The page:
It’s nearly impossible to grasp how quickly my son is growing. All the cliches about time flying, etc. etc. are so true. It really does feel like yesterday that I held him for the first time and now somehow he has turned six. A third of the way to (technical) adulthood.  I suppose I should order graduation announcements soon.  Other than his calendar age, further evidence of time flying is the fact that he is old enough to have friends sleep over.  This is so fun, I can hardly stand it.  I love seeing them play together, whisper things to make each other laugh, and hear them giggling in their tent way past bedtime.

When I was a kid, my friends and I had gajillions of sleepovers.  One of my best friends’ mom baked us cinnamon rolls every morning after we spent the night at their house.  It must have really stuck with me because now whenever I decide what to make for the boys in the morning, cinnamon rolls are the first thing that comes to mind.  This is my favorite classic cinnamon roll recipe.  It has been deeply buried in the archives of this site for a long time and deserved to be brought back to life.  This is exactly what you expect a classic cinnamon roll to be – warm and fluffy, chewy and sweet. I hope your family loves these as much as we do.

Mix it Up – Some variations to try:

  • Fresh fruit: You can add up to 2 cups of fresh berries along with the cinnamon-sugar mixture before rolling up the dough. Fruits that work especially well are fresh blueberries, fresh raspberries, roasted cherries or cranberries.  I’ve even done caramel apple – oh yeah.
  • Nuts or chocolate: Chopped nuts add a nice hearty crunch to the filling, but be sure to toast them to enhance their flavor. You can also get really wild and add a handful of chopped chocolate, kind of like these chocolate swirl buns.
  • Whole wheat: If you are partial to whole grains, you can replace up to 1½ cups of the bread flour in the recipe with white whole wheat flour.  If you use a greater percentage than that, the soft, chewy texture of the rolls will be compromised.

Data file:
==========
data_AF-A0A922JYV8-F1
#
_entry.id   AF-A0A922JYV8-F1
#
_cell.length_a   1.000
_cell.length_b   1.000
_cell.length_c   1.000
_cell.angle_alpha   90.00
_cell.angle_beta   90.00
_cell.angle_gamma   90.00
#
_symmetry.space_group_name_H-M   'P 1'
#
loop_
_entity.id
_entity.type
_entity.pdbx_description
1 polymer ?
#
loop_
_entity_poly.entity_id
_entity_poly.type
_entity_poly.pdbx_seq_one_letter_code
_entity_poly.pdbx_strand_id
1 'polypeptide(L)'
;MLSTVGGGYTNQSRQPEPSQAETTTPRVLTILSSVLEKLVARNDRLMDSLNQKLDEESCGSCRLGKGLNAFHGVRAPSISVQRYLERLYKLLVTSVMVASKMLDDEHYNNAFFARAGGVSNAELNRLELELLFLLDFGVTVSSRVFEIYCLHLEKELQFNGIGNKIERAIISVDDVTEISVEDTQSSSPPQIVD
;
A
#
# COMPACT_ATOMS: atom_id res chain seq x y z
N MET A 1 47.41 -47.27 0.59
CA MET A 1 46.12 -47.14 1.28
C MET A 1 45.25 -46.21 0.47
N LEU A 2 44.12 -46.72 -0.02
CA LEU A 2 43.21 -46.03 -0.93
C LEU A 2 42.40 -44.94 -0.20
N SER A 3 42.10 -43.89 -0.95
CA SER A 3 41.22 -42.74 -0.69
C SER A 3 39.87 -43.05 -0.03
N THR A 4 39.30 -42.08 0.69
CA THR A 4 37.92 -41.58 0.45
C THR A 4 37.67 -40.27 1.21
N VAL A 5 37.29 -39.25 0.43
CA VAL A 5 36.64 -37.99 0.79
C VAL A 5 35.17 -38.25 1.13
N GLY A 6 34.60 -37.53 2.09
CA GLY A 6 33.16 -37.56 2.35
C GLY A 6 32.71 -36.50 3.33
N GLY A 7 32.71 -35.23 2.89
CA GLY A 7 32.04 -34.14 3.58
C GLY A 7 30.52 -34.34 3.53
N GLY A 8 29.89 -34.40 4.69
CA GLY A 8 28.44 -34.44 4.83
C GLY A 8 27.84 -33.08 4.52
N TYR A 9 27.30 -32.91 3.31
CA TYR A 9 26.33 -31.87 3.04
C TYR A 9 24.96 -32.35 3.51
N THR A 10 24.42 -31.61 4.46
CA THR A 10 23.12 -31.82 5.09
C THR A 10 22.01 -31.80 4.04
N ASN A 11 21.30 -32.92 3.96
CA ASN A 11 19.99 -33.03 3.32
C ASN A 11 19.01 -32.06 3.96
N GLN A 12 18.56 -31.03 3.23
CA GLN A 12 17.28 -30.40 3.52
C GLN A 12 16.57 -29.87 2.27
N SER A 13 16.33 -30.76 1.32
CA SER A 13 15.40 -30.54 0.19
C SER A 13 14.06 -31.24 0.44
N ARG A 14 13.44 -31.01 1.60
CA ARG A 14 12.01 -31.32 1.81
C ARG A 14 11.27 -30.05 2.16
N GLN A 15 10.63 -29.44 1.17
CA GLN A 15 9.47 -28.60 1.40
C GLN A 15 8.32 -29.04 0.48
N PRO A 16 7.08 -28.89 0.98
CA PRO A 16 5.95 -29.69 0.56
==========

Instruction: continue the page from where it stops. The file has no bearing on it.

• Yield 8-12 large or 12-16 smaller cinnamon rolls


For the dough:

  • 6 ½ tbsp. granulated sugar
  • 1 tsp. salt
  • 5 ½ tbsp. unsalted butter
  • 1 large egg, slightly beaten
  • 1 tsp. lemon extract or 1 tsp. grated lemon zest
  • 3 ½ cups unbleached bread flour
  • 2 tsp. instant (rapid rise) yeast
  • 1 1/8 to 1 ¼ cups whole milk or buttermilk, at room temperature

For the filling: 

  • 6 ½ tbsp. granulated sugar
  • 1 ½ tsp. ground cinnamon
  • Other spices to taste (ginger, cardamom, allspice, etc.)

For the icing: 

  • 4 cups confectioners’ sugar
  • 1 tsp. vanilla extract
  • ½-1 tsp. lemon or orange extract
  • 6 tbsp. to ½ cup warm milk


  • 01

    Cream together the sugar, salt, and butter on medium-high speed in an electric mixer with the paddle attachment. Whip in the egg and lemon zest/extract until smooth. Then add the flour, yeast and milk. Mix on low speed until the dough forms a ball. Switch to the dough hook and increase the speed to medium, mixing for approximately 10 minutes, or until the dough is silky and supple, tacky but not sticky. (You may have to add a little flour or water while kneading to achieve this texture.)

  • 02

    Lightly oil a large bowl and transfer the dough to the bowl, rolling it around to coat it with oil. Cover the bowl with plastic wrap. Let rise at room temperature for approximately 2 hours, or until the dough doubles in size.

  • 03

    Mist the counter with spray oil and transfer the dough to the counter. Roll out the dough with a rolling pin, lightly dusting the top with flour to keep it from sticking to the pin. Roll it into a rectangle about 2/3 inch thick and 14 inches wide by 12 inches long for larger buns, or 18 inches wide by 9 inches long for smaller buns. Don’t roll out the dough too thin, or the finished buns will be tough and chewy rather than soft and plump. Sprinkle the cinnamon sugar filling over the surface of the dough and roll the dough up into a cigar-shaped log creating a cinnamon-sugar spiral as you roll. With the seam side down, cut the dough into 8 to 12 pieces about 1 ¾ inches thick for larger rolls or 12 to 16 pieces about 1 ¼ inches thick for smaller rolls.

  • 04

    Line one or more sheet pans with baking parchment. Place the buns approximately ½ inch apart so they aren’t touching but are close to one another.  Proof at room temperature for 75-90 minutes, or until the pieces have grown into one another and have nearly doubled in size.  (You may also retard the shaped buns in refrigerator for up to 2 days, pulling the pan out of the refrigerator 3-4 hours before baking to allow the dough to proof.)

  • 05

    Preheat the oven to 350° with the oven rack on the middle shelf.  Bake the cinnamon rolls for 20-30 minutes or until golden brown. Cool the rollss in the pan for about 10 minutes and then streak white fondant glaze across the tops, while the rolls are warm but not too hot (see instructions below). Remove the buns from the pan and place them on a cooling rack. Wait for at least 20 minutes before serving.

  • 06

    Sift the confectioners’ sugar into a bowl. Add 6 tablespoons of the warm milk slowly, briskly whisking until all of the sugar is dissolved.  Only use as much milk as is needed to make a thick, smooth paste.  Blend in the vanilla and/or lemon or orange extracts. When the rolls have cooled but are still warm, streak the glaze over them by dipping the tines of a fork or a whisk into the glaze and waving the fork or whisk over the tops.